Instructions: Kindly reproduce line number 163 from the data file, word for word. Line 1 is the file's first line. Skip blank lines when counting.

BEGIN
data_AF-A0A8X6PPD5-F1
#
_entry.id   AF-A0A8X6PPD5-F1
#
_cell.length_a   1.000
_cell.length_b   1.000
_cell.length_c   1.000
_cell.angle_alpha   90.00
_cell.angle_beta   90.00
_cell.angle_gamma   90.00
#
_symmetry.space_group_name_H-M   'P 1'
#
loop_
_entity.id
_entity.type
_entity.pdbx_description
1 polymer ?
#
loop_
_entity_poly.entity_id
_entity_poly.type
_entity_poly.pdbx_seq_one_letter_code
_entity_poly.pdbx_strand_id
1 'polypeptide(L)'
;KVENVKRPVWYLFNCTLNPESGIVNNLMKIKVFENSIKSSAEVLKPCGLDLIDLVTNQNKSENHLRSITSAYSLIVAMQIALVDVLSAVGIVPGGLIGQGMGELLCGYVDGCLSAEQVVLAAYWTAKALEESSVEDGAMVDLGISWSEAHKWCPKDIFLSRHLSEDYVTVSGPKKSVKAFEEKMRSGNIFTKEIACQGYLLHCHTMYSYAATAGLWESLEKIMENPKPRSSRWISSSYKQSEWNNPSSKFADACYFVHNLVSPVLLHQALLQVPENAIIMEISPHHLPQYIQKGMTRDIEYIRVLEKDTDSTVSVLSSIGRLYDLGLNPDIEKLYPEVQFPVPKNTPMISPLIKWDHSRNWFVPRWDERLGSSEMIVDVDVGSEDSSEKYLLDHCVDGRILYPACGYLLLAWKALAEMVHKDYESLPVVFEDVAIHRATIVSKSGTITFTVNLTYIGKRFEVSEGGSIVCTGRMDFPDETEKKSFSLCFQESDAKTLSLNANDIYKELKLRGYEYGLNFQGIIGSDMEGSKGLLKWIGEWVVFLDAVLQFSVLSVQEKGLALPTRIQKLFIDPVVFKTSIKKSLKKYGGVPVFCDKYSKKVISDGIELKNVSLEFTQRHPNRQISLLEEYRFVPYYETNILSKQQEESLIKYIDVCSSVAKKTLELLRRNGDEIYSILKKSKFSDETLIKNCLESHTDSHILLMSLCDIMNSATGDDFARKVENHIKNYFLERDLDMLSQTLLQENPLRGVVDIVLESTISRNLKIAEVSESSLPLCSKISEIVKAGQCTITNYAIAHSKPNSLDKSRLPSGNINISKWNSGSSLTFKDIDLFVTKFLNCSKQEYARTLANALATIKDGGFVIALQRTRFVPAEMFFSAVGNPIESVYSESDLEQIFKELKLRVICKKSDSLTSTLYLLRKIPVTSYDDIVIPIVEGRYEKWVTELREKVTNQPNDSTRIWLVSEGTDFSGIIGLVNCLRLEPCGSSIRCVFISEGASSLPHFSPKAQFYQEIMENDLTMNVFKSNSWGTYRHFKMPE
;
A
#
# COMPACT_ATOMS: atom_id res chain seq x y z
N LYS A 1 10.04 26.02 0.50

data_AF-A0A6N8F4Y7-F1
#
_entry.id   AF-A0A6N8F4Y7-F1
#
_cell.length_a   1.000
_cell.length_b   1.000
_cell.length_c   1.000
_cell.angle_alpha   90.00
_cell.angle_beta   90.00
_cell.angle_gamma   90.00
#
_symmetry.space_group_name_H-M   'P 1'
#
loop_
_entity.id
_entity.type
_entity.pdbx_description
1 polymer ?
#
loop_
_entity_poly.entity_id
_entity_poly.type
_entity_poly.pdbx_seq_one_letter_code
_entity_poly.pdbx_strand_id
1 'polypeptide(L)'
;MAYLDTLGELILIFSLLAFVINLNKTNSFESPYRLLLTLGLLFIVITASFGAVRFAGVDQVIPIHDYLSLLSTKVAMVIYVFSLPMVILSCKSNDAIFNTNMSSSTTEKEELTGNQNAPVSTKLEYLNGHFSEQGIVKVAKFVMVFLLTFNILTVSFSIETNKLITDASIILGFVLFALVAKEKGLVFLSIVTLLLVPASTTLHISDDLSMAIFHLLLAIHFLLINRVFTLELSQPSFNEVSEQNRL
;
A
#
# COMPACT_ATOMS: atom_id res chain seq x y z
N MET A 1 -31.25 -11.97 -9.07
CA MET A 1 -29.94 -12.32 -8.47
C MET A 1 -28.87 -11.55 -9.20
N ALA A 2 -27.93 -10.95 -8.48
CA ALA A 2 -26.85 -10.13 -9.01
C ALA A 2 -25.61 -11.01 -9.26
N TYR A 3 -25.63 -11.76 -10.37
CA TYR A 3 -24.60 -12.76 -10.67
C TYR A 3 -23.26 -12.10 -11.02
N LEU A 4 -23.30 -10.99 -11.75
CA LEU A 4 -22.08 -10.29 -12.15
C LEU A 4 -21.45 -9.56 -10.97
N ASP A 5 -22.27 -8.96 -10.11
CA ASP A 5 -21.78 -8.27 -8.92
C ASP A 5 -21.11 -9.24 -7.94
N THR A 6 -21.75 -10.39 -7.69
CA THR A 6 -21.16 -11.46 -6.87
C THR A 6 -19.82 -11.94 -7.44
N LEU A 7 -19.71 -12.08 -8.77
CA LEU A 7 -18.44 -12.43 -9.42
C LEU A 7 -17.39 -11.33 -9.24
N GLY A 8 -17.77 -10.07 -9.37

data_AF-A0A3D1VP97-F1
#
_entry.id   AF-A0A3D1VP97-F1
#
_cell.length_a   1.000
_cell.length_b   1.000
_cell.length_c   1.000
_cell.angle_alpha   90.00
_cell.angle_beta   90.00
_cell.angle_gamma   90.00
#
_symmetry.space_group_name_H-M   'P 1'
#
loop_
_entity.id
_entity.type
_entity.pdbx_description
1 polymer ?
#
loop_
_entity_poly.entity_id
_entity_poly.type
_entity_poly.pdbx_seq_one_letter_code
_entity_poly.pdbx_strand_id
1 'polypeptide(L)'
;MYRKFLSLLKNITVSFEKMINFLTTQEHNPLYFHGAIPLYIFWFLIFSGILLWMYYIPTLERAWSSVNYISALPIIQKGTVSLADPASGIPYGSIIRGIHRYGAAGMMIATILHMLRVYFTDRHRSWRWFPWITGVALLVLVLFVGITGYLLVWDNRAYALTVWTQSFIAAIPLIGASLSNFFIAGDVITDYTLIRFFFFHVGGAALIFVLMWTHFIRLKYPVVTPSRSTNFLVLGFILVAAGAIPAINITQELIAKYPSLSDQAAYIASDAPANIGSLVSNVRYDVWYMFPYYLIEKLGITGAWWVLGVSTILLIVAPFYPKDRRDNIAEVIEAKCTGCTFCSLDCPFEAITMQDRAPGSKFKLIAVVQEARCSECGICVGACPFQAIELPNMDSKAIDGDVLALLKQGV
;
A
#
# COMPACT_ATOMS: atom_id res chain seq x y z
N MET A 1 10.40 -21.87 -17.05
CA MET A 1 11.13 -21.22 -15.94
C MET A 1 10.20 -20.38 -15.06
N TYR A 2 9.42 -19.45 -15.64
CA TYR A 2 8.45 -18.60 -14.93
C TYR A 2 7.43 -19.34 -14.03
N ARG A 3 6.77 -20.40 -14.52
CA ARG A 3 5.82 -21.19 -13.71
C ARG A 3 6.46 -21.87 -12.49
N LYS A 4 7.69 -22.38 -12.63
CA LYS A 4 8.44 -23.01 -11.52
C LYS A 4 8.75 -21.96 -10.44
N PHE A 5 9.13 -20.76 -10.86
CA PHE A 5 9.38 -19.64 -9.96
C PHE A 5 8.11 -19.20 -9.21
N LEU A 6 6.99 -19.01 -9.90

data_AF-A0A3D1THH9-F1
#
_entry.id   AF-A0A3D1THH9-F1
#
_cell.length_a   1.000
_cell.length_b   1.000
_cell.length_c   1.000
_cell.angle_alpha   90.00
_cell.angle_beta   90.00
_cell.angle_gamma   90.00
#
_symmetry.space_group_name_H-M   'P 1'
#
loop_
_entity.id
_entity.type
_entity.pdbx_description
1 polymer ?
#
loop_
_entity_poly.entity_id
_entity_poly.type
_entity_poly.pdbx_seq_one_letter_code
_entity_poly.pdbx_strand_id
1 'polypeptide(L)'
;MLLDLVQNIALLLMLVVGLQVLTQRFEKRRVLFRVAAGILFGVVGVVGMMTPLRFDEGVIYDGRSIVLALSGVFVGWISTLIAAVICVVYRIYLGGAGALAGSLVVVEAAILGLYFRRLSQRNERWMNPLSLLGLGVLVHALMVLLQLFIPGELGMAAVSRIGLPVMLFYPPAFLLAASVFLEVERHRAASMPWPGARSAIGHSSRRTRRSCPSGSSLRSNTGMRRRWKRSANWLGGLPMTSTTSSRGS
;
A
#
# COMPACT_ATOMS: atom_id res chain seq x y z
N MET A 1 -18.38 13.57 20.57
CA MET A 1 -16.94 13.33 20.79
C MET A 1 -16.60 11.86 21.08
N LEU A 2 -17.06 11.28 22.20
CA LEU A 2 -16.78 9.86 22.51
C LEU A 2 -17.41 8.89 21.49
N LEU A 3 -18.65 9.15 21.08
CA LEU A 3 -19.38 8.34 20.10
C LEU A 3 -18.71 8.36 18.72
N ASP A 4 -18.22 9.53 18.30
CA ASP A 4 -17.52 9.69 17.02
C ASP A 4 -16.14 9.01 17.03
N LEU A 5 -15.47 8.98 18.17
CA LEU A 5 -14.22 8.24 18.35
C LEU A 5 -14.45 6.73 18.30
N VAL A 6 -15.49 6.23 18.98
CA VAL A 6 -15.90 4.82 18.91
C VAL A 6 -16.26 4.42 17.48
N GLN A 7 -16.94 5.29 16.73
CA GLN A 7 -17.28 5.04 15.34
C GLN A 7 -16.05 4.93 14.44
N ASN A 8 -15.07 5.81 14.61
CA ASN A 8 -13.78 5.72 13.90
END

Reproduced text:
N LEU A 2 -17.06 11.28 22.20